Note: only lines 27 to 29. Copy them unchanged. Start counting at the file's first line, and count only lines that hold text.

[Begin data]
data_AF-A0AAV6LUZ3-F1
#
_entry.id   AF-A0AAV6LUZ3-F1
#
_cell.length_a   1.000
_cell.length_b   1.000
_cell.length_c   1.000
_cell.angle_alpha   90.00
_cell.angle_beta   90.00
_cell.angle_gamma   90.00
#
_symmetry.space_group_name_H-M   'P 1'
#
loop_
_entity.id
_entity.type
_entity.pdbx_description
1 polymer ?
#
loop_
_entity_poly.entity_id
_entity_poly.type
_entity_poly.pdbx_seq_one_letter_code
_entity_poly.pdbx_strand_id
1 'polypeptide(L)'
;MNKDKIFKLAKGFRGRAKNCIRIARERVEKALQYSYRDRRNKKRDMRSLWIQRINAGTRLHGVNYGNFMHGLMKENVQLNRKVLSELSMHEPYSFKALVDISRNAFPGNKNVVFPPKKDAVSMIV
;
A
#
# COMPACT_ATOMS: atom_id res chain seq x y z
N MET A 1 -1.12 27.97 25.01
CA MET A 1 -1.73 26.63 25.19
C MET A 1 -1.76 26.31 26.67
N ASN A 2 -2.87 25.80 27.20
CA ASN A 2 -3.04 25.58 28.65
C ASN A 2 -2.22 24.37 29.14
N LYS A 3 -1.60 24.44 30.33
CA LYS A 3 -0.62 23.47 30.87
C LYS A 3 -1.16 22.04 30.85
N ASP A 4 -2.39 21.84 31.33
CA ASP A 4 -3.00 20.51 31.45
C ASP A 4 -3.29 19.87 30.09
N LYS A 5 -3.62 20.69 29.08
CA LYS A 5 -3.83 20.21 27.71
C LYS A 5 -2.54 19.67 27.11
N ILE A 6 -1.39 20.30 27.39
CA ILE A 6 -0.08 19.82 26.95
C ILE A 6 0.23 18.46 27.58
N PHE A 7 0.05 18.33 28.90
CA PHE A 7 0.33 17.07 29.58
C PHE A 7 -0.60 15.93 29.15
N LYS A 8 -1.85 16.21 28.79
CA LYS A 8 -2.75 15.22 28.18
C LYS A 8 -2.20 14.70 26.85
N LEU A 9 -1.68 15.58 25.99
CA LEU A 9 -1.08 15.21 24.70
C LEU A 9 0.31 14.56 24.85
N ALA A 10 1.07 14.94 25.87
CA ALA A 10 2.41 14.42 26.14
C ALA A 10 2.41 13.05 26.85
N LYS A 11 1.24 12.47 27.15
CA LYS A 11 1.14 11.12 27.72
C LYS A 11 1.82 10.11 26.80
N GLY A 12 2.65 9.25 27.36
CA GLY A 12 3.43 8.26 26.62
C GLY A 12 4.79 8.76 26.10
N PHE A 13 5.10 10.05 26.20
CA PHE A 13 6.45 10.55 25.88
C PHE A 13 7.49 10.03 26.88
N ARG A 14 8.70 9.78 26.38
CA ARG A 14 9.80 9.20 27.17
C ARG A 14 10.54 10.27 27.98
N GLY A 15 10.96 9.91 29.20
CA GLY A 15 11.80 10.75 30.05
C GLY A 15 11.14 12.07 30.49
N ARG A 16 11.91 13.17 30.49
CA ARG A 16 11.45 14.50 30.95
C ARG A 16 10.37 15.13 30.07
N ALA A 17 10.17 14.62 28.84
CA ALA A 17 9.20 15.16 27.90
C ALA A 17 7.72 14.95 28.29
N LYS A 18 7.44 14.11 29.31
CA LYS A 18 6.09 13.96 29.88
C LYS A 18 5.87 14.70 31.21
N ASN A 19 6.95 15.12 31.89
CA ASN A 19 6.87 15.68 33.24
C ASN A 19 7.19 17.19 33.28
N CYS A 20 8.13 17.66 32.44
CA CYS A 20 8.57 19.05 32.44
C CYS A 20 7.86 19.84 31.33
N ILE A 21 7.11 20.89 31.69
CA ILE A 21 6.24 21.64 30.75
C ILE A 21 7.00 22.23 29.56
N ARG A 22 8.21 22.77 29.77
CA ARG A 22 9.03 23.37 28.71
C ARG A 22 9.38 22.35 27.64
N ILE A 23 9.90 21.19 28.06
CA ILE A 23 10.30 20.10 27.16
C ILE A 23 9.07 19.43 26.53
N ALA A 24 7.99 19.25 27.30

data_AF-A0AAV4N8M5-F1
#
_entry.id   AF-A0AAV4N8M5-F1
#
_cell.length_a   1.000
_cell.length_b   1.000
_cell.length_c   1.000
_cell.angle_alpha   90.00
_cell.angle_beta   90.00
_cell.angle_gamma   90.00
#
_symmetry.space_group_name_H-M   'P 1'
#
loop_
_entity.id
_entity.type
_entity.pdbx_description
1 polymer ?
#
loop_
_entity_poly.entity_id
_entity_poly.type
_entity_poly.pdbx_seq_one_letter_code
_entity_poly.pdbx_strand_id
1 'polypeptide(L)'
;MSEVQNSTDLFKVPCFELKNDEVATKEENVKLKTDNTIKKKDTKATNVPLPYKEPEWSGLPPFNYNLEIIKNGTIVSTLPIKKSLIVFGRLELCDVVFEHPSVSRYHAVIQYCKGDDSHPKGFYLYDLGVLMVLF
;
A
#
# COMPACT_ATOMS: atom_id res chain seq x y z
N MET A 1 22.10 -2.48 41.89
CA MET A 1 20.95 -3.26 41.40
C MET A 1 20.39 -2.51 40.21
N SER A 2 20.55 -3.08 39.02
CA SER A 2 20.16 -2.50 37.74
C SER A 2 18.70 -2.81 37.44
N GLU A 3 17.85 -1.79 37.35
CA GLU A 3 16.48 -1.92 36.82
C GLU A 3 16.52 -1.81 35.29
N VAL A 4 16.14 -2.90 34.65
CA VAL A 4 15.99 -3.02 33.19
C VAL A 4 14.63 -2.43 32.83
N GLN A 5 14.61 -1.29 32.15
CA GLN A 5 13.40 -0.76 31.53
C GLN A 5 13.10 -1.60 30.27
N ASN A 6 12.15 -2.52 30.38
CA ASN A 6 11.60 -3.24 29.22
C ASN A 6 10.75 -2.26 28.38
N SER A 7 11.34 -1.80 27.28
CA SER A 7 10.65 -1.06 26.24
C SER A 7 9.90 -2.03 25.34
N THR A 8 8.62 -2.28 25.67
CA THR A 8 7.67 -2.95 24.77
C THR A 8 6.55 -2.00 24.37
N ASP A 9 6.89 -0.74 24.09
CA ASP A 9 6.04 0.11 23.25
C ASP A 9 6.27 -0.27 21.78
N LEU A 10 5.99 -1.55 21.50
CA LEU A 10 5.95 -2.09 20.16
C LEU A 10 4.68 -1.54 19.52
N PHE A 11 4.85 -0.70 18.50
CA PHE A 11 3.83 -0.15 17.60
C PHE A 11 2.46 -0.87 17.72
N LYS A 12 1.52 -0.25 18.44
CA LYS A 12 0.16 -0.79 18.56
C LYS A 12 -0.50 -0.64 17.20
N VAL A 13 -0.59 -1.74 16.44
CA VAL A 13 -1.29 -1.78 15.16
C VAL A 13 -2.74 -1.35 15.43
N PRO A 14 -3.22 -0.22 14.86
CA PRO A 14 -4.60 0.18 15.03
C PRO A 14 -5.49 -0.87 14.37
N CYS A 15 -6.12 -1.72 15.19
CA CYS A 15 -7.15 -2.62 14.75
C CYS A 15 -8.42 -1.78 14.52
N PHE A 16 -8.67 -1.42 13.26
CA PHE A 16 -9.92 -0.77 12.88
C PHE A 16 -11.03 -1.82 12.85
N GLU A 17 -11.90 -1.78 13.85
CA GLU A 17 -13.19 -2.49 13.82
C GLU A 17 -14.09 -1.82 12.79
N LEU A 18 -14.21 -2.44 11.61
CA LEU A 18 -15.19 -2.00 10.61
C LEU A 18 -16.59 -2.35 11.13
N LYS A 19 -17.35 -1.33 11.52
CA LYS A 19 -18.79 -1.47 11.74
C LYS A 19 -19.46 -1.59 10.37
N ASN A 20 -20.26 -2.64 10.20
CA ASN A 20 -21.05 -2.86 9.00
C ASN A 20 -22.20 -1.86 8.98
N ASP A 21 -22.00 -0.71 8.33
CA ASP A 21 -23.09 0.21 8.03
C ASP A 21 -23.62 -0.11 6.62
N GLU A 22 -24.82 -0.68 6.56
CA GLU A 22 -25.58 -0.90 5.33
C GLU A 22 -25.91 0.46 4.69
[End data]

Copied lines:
;
A
#